When to sow
What is successive sowing and why
Maturity dates - what do they mean and why is it important

SEED SHARE -- FREE -- Pick up some seeds to get growing or expand your garden.

I had some organic celery and cut the roots off, let it sit in water for a couple of days to get re-growing and planted them.  Why compost, or worse toss, when they will re-grow and give you harvesting later on!

GARDEN TIPS for November
    First frost date average is around November 17th.
    Frost in the Valley at the 1100 or lower elevations is usually limited to ‘soft frost’ where simple cloth sheets or paper placed over sensitive plants (or moving potted plants beneath patios or trees) is sufficient to protect them.  Never use plastic covers as the plastic transmits the cold to the plant tips.
    For every 1000 feet over 1100 in elevation the first frost day is moved forward 10 days.  The possibility of hard (killing) frosts starts to occur, although at 2000 feet or lower this is still a rare occurrence.
    Frost pockets in the Valley can surprise gardeners.  As a matter of practice, if the weather forecasters predict an overnight temperature of 40 F, I prepare for frost by protecting my sensitive plants with cloth or paper covers This is because heat retention by buildings and walls dissipates by early morning (4 or 4:30 a.m. to dawn the temperature can drop 8 degrees plus or minus).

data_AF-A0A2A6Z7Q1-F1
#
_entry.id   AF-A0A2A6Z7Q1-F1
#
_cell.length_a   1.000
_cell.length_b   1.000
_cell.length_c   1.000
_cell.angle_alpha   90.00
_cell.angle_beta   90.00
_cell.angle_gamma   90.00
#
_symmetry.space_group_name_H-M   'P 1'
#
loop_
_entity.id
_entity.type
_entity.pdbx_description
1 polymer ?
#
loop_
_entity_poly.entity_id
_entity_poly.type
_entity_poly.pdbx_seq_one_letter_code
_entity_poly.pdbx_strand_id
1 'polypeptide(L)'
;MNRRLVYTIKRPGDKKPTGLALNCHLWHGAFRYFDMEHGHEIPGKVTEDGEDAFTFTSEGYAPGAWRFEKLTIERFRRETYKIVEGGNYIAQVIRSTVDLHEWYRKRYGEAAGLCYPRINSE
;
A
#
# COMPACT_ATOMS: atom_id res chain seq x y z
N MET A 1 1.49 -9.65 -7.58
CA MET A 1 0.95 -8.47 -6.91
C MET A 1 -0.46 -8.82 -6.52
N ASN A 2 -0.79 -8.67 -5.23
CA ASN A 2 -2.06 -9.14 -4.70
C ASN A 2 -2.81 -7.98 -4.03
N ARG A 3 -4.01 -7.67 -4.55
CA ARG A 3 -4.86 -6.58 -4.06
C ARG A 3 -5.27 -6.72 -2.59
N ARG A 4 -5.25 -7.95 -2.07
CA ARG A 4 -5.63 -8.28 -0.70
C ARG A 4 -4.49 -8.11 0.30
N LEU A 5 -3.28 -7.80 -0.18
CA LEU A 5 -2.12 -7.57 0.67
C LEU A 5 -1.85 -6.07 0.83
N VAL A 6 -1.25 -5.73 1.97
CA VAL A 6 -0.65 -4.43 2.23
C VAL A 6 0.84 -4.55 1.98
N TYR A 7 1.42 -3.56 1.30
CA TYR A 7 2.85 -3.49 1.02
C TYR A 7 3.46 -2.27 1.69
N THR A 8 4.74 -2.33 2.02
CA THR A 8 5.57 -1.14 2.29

Frost danger continues until about mid-February.
    Cool weather annuals and biennials can be sown every 2-4 weeks (beginning in August) through the end of November for a continuous crop through next spring.
    November through January can be a ‘rainy’ season for the desert. You can usually hold off on regular watering if you have received a half inch or more of rain within 2 days of normal watering days.  Make good use of your water meter to determine soil moisture. 
    If rains are heavy this month, in addition to foregoing some water days, you may need to put down Ironite or green sand to compensate for mineral bonding (which makes iron unavailable to the plants) due to both the excess water and the cold soil.

The best way to think of frost damage on your edibles is the damaged plant material is now a partial protective cover to the underlying growth.

As mentioned in prior notes, frost damage in the lower desert gardens is usually limited to 'soft' frost which is controlled by simply putting cloth or paper covers over the plants at night, or if containers, moving them under evergreen trees or onto the patio.